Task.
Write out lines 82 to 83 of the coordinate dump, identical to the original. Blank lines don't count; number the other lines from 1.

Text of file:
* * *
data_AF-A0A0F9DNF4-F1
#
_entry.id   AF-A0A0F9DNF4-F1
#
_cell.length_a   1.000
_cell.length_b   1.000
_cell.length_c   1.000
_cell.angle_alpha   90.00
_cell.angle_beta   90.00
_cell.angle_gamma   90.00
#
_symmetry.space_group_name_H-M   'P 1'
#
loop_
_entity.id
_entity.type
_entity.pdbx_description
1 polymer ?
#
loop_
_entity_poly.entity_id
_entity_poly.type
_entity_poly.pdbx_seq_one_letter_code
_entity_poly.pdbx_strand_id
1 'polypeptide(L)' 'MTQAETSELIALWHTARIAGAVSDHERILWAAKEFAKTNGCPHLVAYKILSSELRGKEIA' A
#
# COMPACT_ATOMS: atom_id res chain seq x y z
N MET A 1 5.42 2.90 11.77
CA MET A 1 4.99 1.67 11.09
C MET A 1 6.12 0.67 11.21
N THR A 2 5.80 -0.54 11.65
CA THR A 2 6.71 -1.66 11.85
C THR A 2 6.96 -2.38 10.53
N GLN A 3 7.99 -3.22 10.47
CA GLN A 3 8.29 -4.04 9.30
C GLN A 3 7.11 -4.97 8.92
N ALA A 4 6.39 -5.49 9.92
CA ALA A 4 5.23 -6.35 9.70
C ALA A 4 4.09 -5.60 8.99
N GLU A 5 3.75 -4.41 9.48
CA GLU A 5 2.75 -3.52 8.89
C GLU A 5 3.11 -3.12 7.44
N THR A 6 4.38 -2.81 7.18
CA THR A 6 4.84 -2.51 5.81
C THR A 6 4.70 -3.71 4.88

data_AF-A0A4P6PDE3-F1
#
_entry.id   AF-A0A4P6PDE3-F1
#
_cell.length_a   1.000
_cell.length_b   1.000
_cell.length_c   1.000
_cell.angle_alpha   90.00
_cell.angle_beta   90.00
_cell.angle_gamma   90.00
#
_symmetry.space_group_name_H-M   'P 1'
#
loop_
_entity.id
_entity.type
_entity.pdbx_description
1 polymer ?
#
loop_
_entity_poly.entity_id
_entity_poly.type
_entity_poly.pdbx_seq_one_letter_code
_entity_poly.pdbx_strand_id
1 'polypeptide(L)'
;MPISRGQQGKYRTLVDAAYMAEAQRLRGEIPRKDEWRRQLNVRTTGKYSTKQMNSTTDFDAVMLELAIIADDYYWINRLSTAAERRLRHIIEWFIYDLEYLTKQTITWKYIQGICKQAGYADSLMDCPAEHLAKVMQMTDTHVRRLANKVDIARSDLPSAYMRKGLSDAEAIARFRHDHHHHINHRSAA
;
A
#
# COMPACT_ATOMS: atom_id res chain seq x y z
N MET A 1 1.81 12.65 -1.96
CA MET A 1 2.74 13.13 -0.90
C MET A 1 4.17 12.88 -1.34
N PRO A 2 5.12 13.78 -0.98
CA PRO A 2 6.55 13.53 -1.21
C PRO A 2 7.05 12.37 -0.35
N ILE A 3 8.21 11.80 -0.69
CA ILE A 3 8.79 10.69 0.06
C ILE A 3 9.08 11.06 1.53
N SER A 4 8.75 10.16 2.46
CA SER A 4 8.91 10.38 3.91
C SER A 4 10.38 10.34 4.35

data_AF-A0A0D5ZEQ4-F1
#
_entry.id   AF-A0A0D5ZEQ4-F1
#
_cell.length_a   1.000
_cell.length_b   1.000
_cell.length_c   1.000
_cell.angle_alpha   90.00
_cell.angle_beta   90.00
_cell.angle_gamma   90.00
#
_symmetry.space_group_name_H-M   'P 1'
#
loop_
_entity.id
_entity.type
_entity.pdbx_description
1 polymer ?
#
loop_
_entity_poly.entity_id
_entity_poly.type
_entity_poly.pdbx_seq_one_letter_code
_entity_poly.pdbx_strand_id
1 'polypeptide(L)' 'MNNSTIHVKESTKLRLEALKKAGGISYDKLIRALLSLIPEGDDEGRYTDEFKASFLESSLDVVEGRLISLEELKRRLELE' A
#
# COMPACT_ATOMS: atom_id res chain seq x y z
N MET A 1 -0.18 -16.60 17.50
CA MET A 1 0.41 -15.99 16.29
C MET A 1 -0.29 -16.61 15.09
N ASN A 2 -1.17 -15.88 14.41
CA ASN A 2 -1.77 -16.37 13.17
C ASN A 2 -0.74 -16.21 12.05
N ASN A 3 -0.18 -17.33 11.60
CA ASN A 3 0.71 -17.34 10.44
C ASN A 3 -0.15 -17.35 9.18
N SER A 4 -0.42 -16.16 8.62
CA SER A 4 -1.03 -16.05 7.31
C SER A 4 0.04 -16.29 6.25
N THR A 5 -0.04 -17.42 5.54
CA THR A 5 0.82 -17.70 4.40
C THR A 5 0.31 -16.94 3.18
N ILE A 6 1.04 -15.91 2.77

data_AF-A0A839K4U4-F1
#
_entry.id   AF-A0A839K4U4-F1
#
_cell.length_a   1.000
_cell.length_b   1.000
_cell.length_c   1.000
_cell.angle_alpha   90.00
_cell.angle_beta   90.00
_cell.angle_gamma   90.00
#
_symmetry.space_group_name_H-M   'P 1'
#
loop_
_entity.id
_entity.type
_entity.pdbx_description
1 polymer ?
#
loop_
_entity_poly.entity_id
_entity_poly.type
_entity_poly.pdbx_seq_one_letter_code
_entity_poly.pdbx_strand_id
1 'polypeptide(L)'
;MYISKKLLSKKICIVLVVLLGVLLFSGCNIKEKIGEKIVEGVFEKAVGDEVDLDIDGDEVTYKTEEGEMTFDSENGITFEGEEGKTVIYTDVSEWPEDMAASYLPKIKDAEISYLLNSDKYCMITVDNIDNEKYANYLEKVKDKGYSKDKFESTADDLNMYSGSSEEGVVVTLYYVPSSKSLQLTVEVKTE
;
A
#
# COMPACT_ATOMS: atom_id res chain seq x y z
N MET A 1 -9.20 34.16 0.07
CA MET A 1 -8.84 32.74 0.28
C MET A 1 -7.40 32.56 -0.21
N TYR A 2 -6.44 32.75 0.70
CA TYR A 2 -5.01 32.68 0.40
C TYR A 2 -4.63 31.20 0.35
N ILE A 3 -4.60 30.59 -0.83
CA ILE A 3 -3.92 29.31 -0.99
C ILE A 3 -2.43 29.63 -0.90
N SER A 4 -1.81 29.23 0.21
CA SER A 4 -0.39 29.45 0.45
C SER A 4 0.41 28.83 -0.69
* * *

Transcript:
N ILE A 3 8.21 11.80 -0.69
CA ILE A 3 8.79 10.69 0.06